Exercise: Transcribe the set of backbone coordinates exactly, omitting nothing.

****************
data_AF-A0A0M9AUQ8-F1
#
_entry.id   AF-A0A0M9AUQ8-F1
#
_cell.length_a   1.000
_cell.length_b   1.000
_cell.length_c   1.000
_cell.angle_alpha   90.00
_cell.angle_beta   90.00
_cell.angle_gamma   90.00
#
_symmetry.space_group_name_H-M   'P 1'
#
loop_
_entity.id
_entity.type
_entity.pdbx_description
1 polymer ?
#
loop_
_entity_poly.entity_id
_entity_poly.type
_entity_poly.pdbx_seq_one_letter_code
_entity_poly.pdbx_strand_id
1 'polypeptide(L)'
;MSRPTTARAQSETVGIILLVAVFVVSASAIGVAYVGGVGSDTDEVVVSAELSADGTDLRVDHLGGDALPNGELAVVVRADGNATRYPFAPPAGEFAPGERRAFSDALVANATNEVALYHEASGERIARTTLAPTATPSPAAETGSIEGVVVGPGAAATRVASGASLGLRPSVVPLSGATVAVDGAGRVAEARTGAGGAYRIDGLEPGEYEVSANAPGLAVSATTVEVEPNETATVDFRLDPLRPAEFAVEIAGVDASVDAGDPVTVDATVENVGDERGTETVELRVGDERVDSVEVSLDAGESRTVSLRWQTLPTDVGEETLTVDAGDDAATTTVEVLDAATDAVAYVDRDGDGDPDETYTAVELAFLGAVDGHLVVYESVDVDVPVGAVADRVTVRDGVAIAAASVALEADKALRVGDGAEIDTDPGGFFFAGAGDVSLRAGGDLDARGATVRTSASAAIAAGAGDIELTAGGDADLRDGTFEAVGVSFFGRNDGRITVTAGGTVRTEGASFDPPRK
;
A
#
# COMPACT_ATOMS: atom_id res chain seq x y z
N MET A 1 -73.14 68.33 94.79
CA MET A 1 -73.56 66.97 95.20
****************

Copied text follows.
data_AF-A0A0M9AUQ8-F1
#
_entry.id   AF-A0A0M9AUQ8-F1
#
_cell.length_a   1.000
_cell.length_b   1.000
_cell.length_c   1.000
_cell.angle_alpha   90.00
_cell.angle_beta   90.00
_cell.angle_gamma   90.00
#
_symmetry.space_group_name_H-M   'P 1'
#
loop_
_entity.id
_entity.type
_entity.pdbx_description
1 polymer ?
#
loop_
_entity_poly.entity_id
_entity_poly.type
_entity_poly.pdbx_seq_one_letter_code
_entity_poly.pdbx_strand_id
1 'polypeptide(L)'
;MSRPTTARAQSETVGIILLVAVFVVSASAIGVAYVGGVGSDTDEVVVSAELSADGTDLRVDHLGGDALPNGELAVVVRADGNATRYPFAPPAGEFAPGERRAFSDALVANATNEVALYHEASGERIARTTLAPTATPSPAAETGSIEGVVVGPGAAATRVASGASLGLRPSVVPLSGATVAVDGAGRVAEARTGAGGAYRIDGLEPGEYEVSANAPGLAVSATTVEVEPNETATVDFRLDPLRPAEFAVEIAGVDASVDAGDPVTVDATVENVGDERGTETVELRVGDERVDSVEVSLDAGESRTVSLRWQTLPTDVGEETLTVDAGDDAATTTVEVLDAATDAVAYVDRDGDGDPDETYTAVELAFLGAVDGHLVVYESVDVDVPVGAVADRVTVRDGVAIAAASVALEADKALRVGDGAEIDTDPGGFFFAGAGDVSLRAGGDLDARGATVRTSASAAIAAGAGDIELTAGGDADLRDGTFEAVGVSFFGRNDGRITVTAGGTVRTEGASFDPPRK
;
A
#
# COMPACT_ATOMS: atom_id res chain seq x y z
N MET A 1 -73.14 68.33 94.79
CA MET A 1 -73.56 66.97 95.20